PR: What Not to Do: Pushing Balloon Babes on Me

Between conventions and email, lately I’ve been given the push sell by a couple of different guys. The one thing they had in common was that they were trying to get me to try comics that were being promoted primarily with images of balloon-busted, barely clothed “female” grotesqueries. (I’m talking here about Jim Balent-level caricature, not just the standard Witchblade-style exposure.)

They have every right to plaster their covers and promotional material with these helium hussies, of course, and in a way, it’s helpful to see these ridiculous images featured so prominently, because it makes it easy for me to turn them down quickly. Anyone selling that kind of project isn’t doing the kind of comics I want to read. I reject those pitches out of hand, since the material is clearly not aimed at readers like me.

Why I’m talking about it now is that, in both cases, I got pushback. These guys (and they are always guys) bemoan how quick I am to misjudge (in their opinion) their projects. Their female characters are strong, they say, and they only use such exaggerated pictures because they sell so much better than anything else.

I’m sure they do. There are still enough adolescent (in mind if not in body) males buying comics that that kind of pitch will get a certain amount of attention. But if I put a naked man on the cover of my “serious” novel, you’re going to jump to certain conclusions about who the audience is likely to be. And you’d be justified in doing so — packaging is chosen to send those kinds of messages. If you put one of those “couldn’t exist in nature because her breasts are larger than her head” girls on the cover of your comic, I don’t care what’s inside it. I’m going to be too distracted and annoyed by your marketing to go any further. It’s not “prejudice”, as one affronted publisher put it — it’s being selective about what I’m willing to read and promote to my readers.

In my case, it is right to judge a book by its cover. Either that cover accurately represents the contents — in which case, yuck, I’m not interested in that kind of badly drawn crap — or it doesn’t, in which case you’re engaging in false advertising and I don’t want to reward that. I know it’s tough to get attention in comics, where most new projects are ignored, but there are many better ways to catch the eye. They involve more hard work than taking the low road of pitching to the groin, though.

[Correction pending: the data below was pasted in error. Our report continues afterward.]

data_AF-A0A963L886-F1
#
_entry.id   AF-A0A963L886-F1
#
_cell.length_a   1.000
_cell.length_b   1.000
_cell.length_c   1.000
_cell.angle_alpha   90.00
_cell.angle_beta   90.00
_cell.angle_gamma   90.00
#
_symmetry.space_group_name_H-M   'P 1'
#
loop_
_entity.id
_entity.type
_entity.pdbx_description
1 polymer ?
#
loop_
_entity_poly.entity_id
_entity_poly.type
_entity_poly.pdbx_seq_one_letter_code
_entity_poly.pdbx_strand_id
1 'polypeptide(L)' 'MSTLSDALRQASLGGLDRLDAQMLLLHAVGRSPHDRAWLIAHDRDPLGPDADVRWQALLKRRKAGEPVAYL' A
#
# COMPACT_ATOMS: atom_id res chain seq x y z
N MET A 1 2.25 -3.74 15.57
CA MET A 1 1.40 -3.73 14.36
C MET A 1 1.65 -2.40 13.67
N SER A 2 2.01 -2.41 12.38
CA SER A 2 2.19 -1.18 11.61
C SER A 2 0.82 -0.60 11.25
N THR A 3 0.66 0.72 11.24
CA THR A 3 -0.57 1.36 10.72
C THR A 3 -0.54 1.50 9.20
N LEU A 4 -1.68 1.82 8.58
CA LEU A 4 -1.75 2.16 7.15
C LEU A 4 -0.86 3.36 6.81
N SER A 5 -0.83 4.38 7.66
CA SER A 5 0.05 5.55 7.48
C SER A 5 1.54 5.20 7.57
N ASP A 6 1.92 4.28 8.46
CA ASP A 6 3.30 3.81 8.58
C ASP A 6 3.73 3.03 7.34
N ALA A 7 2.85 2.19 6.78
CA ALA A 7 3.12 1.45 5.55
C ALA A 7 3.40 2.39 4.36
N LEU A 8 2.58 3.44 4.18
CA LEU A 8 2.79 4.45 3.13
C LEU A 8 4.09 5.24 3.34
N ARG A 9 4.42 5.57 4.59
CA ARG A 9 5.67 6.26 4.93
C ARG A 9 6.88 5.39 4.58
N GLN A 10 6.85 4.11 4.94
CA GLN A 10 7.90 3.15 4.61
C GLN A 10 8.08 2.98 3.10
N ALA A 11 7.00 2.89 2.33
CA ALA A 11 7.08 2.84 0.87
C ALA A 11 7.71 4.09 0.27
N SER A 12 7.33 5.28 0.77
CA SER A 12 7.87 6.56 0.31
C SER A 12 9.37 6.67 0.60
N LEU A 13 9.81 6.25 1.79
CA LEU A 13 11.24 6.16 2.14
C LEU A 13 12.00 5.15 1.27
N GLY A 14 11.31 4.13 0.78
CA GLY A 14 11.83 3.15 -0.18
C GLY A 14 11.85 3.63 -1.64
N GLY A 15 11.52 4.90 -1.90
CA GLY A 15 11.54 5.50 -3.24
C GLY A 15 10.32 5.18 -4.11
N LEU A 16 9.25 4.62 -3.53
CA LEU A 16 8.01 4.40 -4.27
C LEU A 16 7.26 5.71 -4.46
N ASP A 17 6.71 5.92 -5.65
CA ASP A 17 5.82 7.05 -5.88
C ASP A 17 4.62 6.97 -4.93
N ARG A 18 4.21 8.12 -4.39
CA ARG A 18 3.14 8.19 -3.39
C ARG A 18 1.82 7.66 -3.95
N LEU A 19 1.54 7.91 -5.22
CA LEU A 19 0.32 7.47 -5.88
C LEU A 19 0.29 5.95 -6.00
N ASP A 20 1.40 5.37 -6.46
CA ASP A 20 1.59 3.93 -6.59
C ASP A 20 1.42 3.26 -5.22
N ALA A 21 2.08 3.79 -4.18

11 Responses to “PR: What Not to Do: Pushing Balloon Babes on Me”

  1. Suzene Says:

    Wow. Were these guys fishing for a review, or actively trying to get you to buy their product? Either way, I can’t imagine how they thought pushing the material after you’d declined was going to get them anywhere.

  2. Ed Sizemore Says:

    “Helium hussies” is now one of my all-time favorite phrases.

  3. Johanna Says:

    One of them wanted a review. In addition to the generic art, he’d dreamed up some “new concept” of online delivery then books — I don’t know the details, I wasn’t paying attention. The other wanted me to buy his gaming/fantasy comic.

    Sometimes it takes a hard sell, especially in a convention environment, but telling me not to believe my eyes felt like a not-useful approach.

  4. Diana Green Says:

    I could not agree more. There are some smart, realistically written and drawn women in superhero comics. I’m thinking of things like Ivory Madison’s Huntress.
    It’s a stupid argument to say “it sells better” and stop there. If all you cared about was making money, there are easier and faster ways to do it than publishing comics.
    And if you care about comics, why not make good ones? I don’t get it.
    But then, I’m just a girl.

  5. James Schee Says:

    Wait, wait.. let me guess. Did either (most likely both) guy pull the “well all guys in comics phsyique(know I spelled that wrong but I’ve got insomnia at 3 am) is embellished too. Or the “well you’re a girl and don’t like her because she’s pretty.” nuggets out?

  6. Johanna Says:

    Thankfully, no, I didn’t get the idiotic “jealousy” argument, but then the conversation didn’t go on very long, either. One did try the “our men are exaggerated too”, but that just showed how much they didn’t understand the objection.

  7. Joshua Macy Says:

    Apropos of which, today’s
    Evil, Inc. comic.

  8. James Moar Says:

    “I didn’t get the idiotic “jealousy” argument”

    You’re just jealous because *your* spine can’t do that. :)

  9. takingitoutside Says:

    Prejudice!?! They actively chose to put that image on the cover to represent their work – how can your judging the work based on what they themselves put forward as a basis for judging the work be prejudice?

    I’m frequently amazed by how many guys just do not get that women read covers like that to mean “You are not the intended audience.” What meaning exactly do they think we’re going to get out of it?

  10. Johanna Says:

    James, it’s true, I tried once, and hurt myself. :)

    TIO, apparently, I am biased against impossible women with no internal organs. :) You’re right, they don’t think about what women think — or they’re used to knowing the few women who have become inured to this kind of exaggeration, those who put up with it without saying anything. Often these women are girlfriends or relatives. :)

  11. Geeking Out About… » Author’s Note: Covering Books Says:

    [...] about publishers pushing the “wrong” covers on people. Johanna at Comics Worth Reading talks about webcomic guys who put helium hussies (her term, and I love it) on the covers of their comics and [...]




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